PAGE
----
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Lancet Haematol. 2018 Jan;5(1):e14-e24. doi: 10.1016/S2352-3026(17)30232-6.

Epidemiological patterns of leukaemia in 184 countries: a population-based study.

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Section of Cancer Surveillance, International Agency for Research on Cancer, Lyon, France. Electronic address:
Section of Cancer Surveillance, International Agency for Research on Cancer, Lyon, France.
Hematological Malignancies Registry of Gironde, Bergonie Institute, Comprehensive Cancer Centre, Bordeaux France; University of Bordeaux, Inserm, Bordeaux Population Health Research Center, Bordeaux, France.



Leukaemia is a heterogeneous group of haemopoietic cancers that comprises a number of diverse and biologically distinct subgroups. We examine the leukaemia burden worldwide and highlight the distinct incidence patterns in order to elucidate explanatory factors that may support preventive measures and health resource planning. We aimed to estimate the global burden of leukaemia incidence according to the four major subtypes stratified by age and sex.


In this population-based study, we assessed leukaemia incidence for the major subtypes using the Cancer Incidence in Five Continents Volume X (CI5-X), which includes data from 290 cancer registries in 68 countries covering the diagnostic period 2003-07, for all ages and both sexes. We then extracted counts and incidence rates in 184 countries for the year 2012 from IARC's GLOBOCAN database of national estimates. We calculated age-specific incidence rates per 100 000 person-years and age-standardised rates (ASRs) using the world standard population by country, sex, age group, and where applicable, by major subtypes. We excluded from all analyses registries for which the total number of leukaemia cases was less than 100 or the proportion of microscopically verified (MV%) cases was less than 80% (2572 cases).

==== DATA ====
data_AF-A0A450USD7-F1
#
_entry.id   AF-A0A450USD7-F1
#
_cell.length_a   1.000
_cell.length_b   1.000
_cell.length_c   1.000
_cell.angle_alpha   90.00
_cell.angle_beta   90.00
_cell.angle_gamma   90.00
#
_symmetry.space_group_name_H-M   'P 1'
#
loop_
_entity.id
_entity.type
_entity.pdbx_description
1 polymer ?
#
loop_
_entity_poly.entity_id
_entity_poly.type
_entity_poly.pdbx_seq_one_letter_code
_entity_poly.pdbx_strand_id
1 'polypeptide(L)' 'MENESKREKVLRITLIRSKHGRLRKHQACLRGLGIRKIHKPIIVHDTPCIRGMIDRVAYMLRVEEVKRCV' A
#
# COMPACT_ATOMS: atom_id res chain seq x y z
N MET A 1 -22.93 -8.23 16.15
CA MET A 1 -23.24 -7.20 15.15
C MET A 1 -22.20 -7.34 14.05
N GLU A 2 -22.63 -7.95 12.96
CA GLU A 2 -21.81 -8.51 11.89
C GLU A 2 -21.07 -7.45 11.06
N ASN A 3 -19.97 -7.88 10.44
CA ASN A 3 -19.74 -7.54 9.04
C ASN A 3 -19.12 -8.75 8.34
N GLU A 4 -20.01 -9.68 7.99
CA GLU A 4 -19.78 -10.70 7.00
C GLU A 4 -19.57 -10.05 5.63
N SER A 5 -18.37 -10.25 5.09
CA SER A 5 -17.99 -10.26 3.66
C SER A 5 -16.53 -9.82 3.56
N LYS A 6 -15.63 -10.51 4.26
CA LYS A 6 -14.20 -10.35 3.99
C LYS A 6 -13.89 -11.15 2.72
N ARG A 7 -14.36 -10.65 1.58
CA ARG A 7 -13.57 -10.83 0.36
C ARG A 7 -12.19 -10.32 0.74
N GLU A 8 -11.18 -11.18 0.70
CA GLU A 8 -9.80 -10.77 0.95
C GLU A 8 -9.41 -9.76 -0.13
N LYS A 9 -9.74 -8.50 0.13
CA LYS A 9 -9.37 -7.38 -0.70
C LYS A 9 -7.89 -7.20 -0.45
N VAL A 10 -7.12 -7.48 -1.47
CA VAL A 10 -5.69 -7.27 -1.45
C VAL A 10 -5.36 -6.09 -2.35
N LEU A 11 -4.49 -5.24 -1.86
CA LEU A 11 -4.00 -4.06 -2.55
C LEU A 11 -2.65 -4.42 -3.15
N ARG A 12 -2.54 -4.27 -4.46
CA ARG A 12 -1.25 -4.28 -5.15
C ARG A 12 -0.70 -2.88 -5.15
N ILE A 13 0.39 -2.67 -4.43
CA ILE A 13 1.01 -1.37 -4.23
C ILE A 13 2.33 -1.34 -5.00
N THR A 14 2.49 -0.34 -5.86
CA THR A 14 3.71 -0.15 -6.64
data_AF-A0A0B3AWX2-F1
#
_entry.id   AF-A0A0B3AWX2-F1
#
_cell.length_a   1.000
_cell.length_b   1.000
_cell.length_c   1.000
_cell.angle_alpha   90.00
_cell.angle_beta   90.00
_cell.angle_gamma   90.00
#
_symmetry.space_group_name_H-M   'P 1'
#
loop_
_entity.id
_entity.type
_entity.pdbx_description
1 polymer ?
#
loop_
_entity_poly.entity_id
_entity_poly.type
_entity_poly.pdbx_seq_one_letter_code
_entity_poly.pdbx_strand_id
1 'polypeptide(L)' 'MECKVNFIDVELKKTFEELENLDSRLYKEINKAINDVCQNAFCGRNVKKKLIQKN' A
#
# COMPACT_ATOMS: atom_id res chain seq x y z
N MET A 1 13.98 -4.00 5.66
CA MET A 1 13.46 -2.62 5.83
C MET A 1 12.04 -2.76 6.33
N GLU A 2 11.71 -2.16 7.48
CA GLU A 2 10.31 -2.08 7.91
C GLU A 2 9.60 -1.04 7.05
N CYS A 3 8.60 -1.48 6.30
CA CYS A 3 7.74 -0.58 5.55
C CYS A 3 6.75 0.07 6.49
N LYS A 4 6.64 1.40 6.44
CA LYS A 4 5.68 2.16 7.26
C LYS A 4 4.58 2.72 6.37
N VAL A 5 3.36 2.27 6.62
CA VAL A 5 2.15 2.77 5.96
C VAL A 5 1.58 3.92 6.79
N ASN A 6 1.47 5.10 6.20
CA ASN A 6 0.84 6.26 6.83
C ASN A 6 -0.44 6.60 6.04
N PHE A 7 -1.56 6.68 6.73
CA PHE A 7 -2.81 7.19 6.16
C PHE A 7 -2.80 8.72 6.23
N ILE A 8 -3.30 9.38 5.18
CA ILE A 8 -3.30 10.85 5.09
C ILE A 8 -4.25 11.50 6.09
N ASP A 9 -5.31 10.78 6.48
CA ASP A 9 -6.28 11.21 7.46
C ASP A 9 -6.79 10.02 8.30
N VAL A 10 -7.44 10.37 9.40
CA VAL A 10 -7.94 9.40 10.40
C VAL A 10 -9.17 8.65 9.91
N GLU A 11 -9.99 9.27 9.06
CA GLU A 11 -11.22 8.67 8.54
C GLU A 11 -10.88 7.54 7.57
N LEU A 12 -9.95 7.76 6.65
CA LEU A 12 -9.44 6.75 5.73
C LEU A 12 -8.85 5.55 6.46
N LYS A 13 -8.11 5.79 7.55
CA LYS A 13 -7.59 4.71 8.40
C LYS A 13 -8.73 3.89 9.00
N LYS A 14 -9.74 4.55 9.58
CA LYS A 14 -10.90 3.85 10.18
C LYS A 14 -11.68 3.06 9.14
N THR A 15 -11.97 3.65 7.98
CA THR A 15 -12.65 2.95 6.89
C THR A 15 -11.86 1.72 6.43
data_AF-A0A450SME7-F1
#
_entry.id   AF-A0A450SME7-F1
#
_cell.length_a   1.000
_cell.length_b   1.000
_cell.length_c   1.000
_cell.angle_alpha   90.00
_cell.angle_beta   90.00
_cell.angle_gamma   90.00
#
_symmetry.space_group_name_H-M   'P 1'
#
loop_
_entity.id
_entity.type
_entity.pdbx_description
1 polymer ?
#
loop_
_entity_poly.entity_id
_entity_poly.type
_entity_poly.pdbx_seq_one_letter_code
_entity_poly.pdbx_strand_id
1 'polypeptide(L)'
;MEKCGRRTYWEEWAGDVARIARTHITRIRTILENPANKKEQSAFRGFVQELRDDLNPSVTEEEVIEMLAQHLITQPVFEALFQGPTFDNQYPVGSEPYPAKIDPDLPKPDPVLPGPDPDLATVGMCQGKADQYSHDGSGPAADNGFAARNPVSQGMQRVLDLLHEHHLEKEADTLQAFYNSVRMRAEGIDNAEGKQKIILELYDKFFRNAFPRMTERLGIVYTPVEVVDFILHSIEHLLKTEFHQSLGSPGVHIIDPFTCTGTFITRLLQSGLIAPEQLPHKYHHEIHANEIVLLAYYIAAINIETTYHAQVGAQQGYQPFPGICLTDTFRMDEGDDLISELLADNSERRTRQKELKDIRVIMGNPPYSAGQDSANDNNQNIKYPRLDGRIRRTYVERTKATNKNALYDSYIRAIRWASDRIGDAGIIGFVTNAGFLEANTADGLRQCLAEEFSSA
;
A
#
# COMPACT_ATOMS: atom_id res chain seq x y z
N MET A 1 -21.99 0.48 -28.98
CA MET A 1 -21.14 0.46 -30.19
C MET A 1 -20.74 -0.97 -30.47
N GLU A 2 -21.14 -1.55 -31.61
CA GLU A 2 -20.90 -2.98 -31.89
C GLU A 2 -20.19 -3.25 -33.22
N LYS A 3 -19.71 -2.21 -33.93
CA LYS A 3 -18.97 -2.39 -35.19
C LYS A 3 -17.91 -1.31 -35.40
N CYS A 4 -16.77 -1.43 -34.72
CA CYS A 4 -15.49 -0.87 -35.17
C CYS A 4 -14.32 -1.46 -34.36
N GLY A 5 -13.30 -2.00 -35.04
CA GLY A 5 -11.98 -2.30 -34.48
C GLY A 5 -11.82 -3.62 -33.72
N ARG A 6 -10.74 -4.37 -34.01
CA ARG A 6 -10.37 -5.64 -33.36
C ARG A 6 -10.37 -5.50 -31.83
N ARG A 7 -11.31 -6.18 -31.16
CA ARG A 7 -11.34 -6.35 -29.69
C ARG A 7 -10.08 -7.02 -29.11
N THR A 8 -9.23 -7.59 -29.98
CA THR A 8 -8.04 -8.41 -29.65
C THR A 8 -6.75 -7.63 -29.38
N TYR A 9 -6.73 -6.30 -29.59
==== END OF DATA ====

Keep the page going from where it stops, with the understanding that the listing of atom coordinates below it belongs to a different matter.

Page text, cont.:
717 863 cases between 2003-07 were included in this analysis. More than 350 000 new leukaemia cases were estimated in 2012. We observed substantial variation in incidence between and within world regions. The highest leukaemia incidence rates for both sexes were estimated in Australia and New Zealand (ASR per 100 000 11·3 in males and 7·2 in females), Northern America (10·5 in males and 7·2 in females), and western Europe (9·6 in males and 6·0 in females), and the lowest was in in western Africa (1·4 in males and 1·2 in females). Rates were generally higher in males than females with an overall male to female ratio of 1·4. In children, acute lymphoblastic leukaemia was the main subtype in all studied countries in both sexes, and characterised by a bimodal age-specific pattern. The subtype distribution was more diverse in adults, with a relatively higher proportion of chronic lymphocytic leukaemia in most European and North American countries, whereas rates of acute lymphoblastic leukaemia remained relatively high among adults in selected South American, Caribbean, Asian, and African populations.


Geographical disparities in leukaemia might partly be explained by quality of, and access to, health systems linked to resource levels, although there is probably a role for aetiological factors, including gene-environment interactions. The observed bimodal pattern could be due to different risk factors affecting different ages, and might include a genetic component.


European Commission's FP-7 Marie Curie Actions-People-COFUND.

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